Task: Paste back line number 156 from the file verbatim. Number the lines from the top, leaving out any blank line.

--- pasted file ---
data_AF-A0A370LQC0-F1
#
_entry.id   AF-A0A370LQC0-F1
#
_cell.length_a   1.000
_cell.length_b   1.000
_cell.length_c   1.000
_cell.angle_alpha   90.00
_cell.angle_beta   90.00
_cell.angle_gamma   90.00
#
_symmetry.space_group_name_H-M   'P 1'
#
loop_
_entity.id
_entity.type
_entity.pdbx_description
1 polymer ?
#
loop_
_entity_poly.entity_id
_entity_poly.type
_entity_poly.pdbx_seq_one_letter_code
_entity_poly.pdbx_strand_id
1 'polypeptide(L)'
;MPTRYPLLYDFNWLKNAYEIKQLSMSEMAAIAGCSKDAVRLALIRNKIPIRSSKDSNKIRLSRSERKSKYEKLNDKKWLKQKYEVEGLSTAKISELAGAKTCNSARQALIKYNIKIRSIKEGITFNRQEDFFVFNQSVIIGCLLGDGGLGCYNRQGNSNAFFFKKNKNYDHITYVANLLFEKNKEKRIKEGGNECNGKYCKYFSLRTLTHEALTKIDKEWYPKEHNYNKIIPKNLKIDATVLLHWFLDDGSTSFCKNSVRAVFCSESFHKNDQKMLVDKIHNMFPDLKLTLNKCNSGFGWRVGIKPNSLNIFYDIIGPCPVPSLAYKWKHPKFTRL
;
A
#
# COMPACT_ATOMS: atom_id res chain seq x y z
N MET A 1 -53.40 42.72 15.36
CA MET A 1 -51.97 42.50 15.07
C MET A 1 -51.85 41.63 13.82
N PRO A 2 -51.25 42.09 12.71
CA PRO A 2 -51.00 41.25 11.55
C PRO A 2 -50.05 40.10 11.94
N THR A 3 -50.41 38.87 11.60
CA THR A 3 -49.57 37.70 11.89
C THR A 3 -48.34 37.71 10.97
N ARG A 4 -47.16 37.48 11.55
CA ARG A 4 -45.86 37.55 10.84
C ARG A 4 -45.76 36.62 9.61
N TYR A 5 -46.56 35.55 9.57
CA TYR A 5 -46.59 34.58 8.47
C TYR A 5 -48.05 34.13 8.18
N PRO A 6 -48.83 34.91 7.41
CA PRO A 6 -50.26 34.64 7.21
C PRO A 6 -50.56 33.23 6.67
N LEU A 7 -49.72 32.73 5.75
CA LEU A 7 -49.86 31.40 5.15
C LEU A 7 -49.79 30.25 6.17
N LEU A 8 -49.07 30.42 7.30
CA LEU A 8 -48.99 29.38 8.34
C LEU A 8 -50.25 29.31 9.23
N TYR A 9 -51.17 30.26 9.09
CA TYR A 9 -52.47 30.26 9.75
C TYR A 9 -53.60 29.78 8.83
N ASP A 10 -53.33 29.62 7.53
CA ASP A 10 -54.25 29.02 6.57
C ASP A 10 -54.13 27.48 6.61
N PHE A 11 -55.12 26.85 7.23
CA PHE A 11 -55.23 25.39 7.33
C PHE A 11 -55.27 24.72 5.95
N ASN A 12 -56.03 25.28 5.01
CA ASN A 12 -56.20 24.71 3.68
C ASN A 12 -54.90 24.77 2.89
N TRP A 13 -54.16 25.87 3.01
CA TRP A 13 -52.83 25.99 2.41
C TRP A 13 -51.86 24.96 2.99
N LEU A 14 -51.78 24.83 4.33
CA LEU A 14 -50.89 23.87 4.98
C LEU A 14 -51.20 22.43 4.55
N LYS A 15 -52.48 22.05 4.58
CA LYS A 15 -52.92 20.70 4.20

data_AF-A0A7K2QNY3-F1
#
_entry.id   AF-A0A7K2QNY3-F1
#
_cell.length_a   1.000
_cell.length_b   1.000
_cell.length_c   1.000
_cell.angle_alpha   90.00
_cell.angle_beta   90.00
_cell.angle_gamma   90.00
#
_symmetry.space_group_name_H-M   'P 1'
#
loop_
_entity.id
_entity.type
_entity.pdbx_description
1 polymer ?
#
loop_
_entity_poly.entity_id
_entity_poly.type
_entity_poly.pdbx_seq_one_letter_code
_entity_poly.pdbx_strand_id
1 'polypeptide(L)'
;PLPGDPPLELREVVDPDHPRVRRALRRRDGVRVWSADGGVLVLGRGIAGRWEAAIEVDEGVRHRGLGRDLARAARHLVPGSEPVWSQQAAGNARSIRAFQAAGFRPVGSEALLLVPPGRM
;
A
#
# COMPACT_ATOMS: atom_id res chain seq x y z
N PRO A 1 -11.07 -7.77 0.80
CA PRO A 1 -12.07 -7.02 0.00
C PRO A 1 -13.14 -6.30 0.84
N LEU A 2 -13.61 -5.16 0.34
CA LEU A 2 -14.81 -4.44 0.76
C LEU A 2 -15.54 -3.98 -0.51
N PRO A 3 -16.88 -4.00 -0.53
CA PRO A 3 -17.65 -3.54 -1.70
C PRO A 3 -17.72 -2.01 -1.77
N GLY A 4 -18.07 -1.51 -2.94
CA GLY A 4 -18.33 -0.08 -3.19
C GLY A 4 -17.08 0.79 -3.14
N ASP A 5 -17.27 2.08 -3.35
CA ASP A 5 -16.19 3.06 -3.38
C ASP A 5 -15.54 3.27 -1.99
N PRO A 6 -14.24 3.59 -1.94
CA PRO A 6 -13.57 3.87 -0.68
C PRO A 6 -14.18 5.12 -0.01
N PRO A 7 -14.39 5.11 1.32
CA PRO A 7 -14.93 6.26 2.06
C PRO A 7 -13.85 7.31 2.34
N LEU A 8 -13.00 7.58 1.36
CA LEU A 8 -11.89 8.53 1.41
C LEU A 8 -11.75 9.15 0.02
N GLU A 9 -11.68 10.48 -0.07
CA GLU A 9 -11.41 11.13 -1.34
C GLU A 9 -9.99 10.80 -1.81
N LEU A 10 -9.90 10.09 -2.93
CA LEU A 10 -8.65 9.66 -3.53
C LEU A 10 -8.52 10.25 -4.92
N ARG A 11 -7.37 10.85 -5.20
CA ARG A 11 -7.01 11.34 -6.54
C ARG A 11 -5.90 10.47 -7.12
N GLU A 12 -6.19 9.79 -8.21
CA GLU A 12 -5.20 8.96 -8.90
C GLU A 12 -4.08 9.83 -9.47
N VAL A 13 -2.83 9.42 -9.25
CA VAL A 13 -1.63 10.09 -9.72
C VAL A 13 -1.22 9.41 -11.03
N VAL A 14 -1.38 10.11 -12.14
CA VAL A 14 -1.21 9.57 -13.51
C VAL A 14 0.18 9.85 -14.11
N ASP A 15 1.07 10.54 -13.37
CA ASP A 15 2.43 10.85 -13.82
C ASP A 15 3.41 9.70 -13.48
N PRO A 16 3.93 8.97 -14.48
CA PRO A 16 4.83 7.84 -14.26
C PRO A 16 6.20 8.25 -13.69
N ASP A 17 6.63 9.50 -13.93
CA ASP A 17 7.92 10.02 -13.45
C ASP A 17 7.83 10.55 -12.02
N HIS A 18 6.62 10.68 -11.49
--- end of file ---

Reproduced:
N HIS A 18 6.62 10.68 -11.49